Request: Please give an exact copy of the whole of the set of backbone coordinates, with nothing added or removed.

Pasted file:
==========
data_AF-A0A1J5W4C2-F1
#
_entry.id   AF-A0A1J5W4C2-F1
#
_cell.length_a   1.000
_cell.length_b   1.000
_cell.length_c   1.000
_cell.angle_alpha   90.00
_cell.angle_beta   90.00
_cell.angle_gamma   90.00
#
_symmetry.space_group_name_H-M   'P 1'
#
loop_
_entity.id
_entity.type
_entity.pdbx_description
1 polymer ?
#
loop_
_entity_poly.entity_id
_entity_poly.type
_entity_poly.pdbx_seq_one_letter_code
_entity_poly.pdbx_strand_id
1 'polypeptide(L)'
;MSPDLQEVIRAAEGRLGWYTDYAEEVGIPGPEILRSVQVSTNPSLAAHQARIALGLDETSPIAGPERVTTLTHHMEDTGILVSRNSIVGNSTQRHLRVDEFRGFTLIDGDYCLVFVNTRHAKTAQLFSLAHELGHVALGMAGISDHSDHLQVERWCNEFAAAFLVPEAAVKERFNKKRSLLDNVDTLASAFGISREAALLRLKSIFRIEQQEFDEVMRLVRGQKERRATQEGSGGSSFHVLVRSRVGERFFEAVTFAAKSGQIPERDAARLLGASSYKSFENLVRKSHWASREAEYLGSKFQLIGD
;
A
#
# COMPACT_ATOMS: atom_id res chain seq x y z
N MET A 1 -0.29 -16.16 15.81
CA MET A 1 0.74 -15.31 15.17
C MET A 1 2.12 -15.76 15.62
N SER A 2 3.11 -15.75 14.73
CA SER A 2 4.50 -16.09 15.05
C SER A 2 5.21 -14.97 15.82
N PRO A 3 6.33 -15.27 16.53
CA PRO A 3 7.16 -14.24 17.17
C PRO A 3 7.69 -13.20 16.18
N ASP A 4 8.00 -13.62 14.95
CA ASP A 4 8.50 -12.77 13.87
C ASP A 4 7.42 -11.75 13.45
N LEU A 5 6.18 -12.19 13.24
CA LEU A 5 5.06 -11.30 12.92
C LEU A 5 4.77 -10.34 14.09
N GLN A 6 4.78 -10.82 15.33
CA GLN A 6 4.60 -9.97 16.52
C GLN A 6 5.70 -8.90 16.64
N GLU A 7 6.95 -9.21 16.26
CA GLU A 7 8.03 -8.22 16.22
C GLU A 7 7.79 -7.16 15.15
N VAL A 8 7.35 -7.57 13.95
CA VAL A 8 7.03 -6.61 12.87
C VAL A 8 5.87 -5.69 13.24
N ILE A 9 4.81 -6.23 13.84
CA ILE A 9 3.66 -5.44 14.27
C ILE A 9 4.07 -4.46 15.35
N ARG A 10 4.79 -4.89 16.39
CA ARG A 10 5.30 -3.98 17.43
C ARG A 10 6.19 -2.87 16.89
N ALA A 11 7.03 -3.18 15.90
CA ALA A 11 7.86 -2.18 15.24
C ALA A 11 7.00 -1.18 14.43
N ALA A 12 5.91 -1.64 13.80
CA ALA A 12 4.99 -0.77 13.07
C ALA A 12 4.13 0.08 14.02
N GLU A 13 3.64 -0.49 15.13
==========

data_AF-A0A1J5W4C2-F1
#
_entry.id   AF-A0A1J5W4C2-F1
#
_cell.length_a   1.000
_cell.length_b   1.000
_cell.length_c   1.000
_cell.angle_alpha   90.00
_cell.angle_beta   90.00
_cell.angle_gamma   90.00
#
_symmetry.space_group_name_H-M   'P 1'
#
loop_
_entity.id
_entity.type
_entity.pdbx_description
1 polymer ?
#
loop_
_entity_poly.entity_id
_entity_poly.type
_entity_poly.pdbx_seq_one_letter_code
_entity_poly.pdbx_strand_id
1 'polypeptide(L)'
;MSPDLQEVIRAAEGRLGWYTDYAEEVGIPGPEILRSVQVSTNPSLAAHQARIALGLDETSPIAGPERVTTLTHHMEDTGILVSRNSIVGNSTQRHLRVDEFRGFTLIDGDYCLVFVNTRHAKTAQLFSLAHELGHVALGMAGISDHSDHLQVERWCNEFAAAFLVPEAAVKERFNKKRSLLDNVDTLASAFGISREAALLRLKSIFRIEQQEFDEVMRLVRGQKERRATQEGSGGSSFHVLVRSRVGERFFEAVTFAAKSGQIPERDAARLLGASSYKSFENLVRKSHWASREAEYLGSKFQLIGD
;
A
#
# COMPACT_ATOMS: atom_id res chain seq x y z
N MET A 1 -0.29 -16.16 15.81
CA MET A 1 0.74 -15.31 15.17
C MET A 1 2.12 -15.76 15.62
N SER A 2 3.11 -15.75 14.73
CA SER A 2 4.50 -16.09 15.05
C SER A 2 5.21 -14.97 15.82
N PRO A 3 6.33 -15.27 16.53
CA PRO A 3 7.16 -14.24 17.17
C PRO A 3 7.69 -13.20 16.18
N ASP A 4 8.00 -13.62 14.95
CA ASP A 4 8.50 -12.77 13.87
C ASP A 4 7.42 -11.75 13.45
N LEU A 5 6.18 -12.19 13.24
CA LEU A 5 5.06 -11.30 12.92
C LEU A 5 4.77 -10.34 14.09
N GLN A 6 4.78 -10.82 15.33
CA GLN A 6 4.60 -9.97 16.52
C GLN A 6 5.70 -8.90 16.64
N GLU A 7 6.95 -9.21 16.26
CA GLU A 7 8.03 -8.22 16.22
C GLU A 7 7.79 -7.16 15.15
N VAL A 8 7.35 -7.57 13.95
CA VAL A 8 7.03 -6.61 12.87
C VAL A 8 5.87 -5.69 13.24
N ILE A 9 4.81 -6.23 13.84
CA ILE A 9 3.66 -5.44 14.27
C ILE A 9 4.07 -4.46 15.35
N ARG A 10 4.79 -4.89 16.39
CA ARG A 10 5.30 -3.98 17.43
C ARG A 10 6.19 -2.87 16.89
N ALA A 11 7.03 -3.18 15.90
CA ALA A 11 7.86 -2.18 15.24
C ALA A 11 7.00 -1.18 14.43
N ALA A 12 5.91 -1.64 13.80
CA ALA A 12 4.99 -0.77 13.07
C ALA A 12 4.13 0.08 14.02
N GLU A 13 3.64 -0.49 15.13